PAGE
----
Guess how often you use your phone every day

Recent research from Deloitte shows just how much we use our smartphones.
By Anslee Wolfe

Forty-seven. That's how many times the average consumer is likely to check his or her smartphone today.

The exception is those between the ages of 18 and 24. They check their phones even more — 86 times a day, according to Deloitte's 2017 Global Mobile Consumer Survey: U.S. edition, released in December.

We're addicted to our phones, researchers say. Most of us reach for them soon after waking up and just before going to bed. A device that lets us call, text, read, watch, and browse is often too hard to resist.

An estimated 264 million Americans own smartphones, according to the survey. While the number of times we consult them daily has remained steady during the past three years, we collectively look at them an astounding amount, more than 12 billion times a day.

"The fundamental reason that we all are addicted to and use our smartphones so much is because of the value they provide in our daily lives in a way that no single device ever has come close to doing," said Craig Wigginton, a U.S. vice chairman and telecommunications sector leader with Deloitte & Touche LLP.

But of the 2,000 U.S.-based consumers between the ages of 18 and 75 who were surveyed, 47% think they use their phones too much.

Other findings include:

  • People are finding a balance for when they use their phones in social situations such as shopping, dining, and meeting with friends. This device etiquette means users are trying to reduce how much they are on their phones to be more in tune with those around them.
  • The older generation is beginning to mirror the ownership and usage traits of younger users. While those ages 18 to 24 have the highest ownership at 93%, people 55 years and older have accounted for the strongest growth during the past two years.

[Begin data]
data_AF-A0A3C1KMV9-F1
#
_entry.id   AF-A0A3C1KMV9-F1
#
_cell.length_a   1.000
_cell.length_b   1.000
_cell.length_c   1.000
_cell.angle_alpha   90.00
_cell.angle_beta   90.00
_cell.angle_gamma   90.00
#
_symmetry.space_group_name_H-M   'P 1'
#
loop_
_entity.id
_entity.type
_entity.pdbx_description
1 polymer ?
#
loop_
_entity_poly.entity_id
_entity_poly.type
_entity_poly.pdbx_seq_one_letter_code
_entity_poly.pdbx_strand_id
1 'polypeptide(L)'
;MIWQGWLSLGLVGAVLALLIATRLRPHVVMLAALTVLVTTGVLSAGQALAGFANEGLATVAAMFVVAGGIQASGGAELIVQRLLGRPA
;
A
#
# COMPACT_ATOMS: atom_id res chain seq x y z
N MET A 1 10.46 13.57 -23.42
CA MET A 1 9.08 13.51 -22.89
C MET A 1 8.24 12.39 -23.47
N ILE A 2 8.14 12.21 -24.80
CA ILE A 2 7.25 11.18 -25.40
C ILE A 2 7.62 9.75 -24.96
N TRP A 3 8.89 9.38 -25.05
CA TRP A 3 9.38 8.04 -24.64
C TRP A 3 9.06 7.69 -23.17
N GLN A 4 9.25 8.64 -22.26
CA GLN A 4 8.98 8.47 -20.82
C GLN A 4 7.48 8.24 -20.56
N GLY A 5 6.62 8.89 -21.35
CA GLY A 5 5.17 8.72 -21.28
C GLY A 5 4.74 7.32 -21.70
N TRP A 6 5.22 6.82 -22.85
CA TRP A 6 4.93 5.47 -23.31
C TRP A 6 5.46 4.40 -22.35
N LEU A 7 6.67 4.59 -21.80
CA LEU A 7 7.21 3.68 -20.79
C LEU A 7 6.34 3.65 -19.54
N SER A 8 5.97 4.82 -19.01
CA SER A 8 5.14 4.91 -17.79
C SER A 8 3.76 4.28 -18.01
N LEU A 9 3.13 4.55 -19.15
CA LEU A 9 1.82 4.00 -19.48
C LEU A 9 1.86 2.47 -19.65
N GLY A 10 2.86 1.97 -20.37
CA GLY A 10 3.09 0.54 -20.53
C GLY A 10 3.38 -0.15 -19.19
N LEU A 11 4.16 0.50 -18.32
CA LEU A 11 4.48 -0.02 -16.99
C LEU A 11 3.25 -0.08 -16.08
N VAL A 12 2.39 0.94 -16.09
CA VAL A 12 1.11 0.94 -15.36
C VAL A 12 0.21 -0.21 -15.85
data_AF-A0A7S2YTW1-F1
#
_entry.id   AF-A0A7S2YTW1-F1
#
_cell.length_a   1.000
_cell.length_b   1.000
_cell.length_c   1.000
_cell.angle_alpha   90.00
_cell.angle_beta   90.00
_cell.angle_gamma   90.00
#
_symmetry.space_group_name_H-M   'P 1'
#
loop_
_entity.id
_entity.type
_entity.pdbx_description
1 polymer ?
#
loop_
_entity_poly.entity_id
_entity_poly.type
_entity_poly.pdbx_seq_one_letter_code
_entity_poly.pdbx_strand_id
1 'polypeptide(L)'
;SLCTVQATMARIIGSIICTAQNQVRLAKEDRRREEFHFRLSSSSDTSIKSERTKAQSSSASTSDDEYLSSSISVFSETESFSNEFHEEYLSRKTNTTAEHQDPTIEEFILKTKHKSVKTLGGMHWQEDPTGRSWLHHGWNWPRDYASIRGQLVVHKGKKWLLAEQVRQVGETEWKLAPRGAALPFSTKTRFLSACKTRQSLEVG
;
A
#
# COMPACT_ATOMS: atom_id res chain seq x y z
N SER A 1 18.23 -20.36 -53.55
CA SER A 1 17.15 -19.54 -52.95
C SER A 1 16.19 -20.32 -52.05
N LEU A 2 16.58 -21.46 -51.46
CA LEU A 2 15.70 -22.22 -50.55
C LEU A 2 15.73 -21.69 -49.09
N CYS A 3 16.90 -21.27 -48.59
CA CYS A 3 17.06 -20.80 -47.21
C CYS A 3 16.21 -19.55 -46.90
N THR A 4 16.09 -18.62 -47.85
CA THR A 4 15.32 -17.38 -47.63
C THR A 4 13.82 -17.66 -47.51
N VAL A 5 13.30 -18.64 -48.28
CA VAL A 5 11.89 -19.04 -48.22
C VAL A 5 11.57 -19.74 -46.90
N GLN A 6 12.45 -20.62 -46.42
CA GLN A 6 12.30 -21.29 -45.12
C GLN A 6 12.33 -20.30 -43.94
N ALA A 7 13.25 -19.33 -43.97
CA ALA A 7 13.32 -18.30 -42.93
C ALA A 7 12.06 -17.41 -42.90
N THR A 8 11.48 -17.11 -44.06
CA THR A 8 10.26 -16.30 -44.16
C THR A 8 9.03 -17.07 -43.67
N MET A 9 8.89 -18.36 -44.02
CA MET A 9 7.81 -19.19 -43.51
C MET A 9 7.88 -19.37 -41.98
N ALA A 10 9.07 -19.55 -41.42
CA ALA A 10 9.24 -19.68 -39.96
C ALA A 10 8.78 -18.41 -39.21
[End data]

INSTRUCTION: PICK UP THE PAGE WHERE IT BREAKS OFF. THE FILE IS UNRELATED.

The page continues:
• While many people are unaware of machine learning technology, 68% are already using some form of it on their phones. The most used was predictive text, driving route suggestions, and voice assistants.
  • All of the ways we use our phones to communicate have increased — most notably voice calls, up to 86% after a four-year decline. Texting was the most popular at 91%, followed by voice calls, emails at 81%, social networks at 72%, and video calls at 30%.

While our ubiquitous wireless connections bring us closer together, whether for work or for fun, smartphones also offer us comfort in knowing we can reach out when we want and be reached when we are needed, said Wigginton, who led the survey.

But like many good things, he said, while it gives us access to everything, including flexibility in our lives, it's also good to have a balance.

"As more people begin to adopt a more balanced usage etiquette and realize that while it's great to be in touch with people who are across the world," Wigginton said, "it's also important to be present for the friends and family sitting across the table."

Anslee Wolfe is a freelance writer in Colorado Springs, Colo. To comment on this article or to suggest an idea for another article, contact Chris Baysden, senior manager of newsletters at the Association of International Certified Professional Accountants.

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